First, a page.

Dr Ambedkar also suffered a head injury. But the final outcome was that the Brahmins closed the doors of the temple for an indefinite period and the rathyatra was postponed. The Dalits also postponed their Satyagraha but did not end it. Later, Dr Ambedkar announced the end of the Satyagraha and said that its aim was just to make the Dalits get an idea of their position in Hindu religion and society. And that objective had been achieved. Ambedkar said: “Our objective is not to enter temples but to be partners in governance and administration. We will set our standards politically, not with temples. We have to keep ourselves away from the hypocrisy of temples and educate ourselves. In education lies our salvation. Hindus who are not ready to allow us into temples can hardly be expected to give us political rights. So, our future movement should be political.”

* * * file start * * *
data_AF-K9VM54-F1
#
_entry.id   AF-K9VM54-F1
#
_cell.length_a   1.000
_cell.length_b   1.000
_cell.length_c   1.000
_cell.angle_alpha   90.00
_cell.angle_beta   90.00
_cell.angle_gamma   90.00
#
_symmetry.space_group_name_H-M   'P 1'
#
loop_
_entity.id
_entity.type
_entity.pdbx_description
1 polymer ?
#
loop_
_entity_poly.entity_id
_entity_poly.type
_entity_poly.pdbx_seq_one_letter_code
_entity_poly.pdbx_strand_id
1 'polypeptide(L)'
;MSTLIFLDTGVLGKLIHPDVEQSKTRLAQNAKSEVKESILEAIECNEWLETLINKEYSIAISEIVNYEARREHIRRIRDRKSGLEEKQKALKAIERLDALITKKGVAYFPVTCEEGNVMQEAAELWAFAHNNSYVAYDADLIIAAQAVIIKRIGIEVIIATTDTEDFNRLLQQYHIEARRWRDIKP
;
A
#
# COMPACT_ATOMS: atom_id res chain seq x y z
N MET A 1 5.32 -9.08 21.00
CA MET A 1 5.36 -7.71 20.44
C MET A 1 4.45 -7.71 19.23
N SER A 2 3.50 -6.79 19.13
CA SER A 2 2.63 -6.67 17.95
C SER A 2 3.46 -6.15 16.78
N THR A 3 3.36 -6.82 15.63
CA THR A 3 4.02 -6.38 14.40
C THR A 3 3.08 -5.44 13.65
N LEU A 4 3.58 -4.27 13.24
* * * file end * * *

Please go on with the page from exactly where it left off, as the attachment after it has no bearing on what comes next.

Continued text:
In Kerala too, a leadership should emerge, which, like Ambedkar, should make people aware that a religion which talks of “Streeshudronadheeyatam” can never do any good to the women and the Shudras – a leadership which can turn them away from the temple and stop them from becoming fodder for gods like Ayyappa. We cannot hope that those who have unleashed violence in the name of tradition will be the harbingers of such a revolution. Neither can we expect the Left Front government of Kerala to do any such thing. After all, it too needs votes. Politics of votes can never bring about a revolution. But if a decisive battle between obscurantism and progressivism begins in the country, it can definitely yield positive results.
Translation: Amrish, copy-editing: R. Sugathan/Lokesh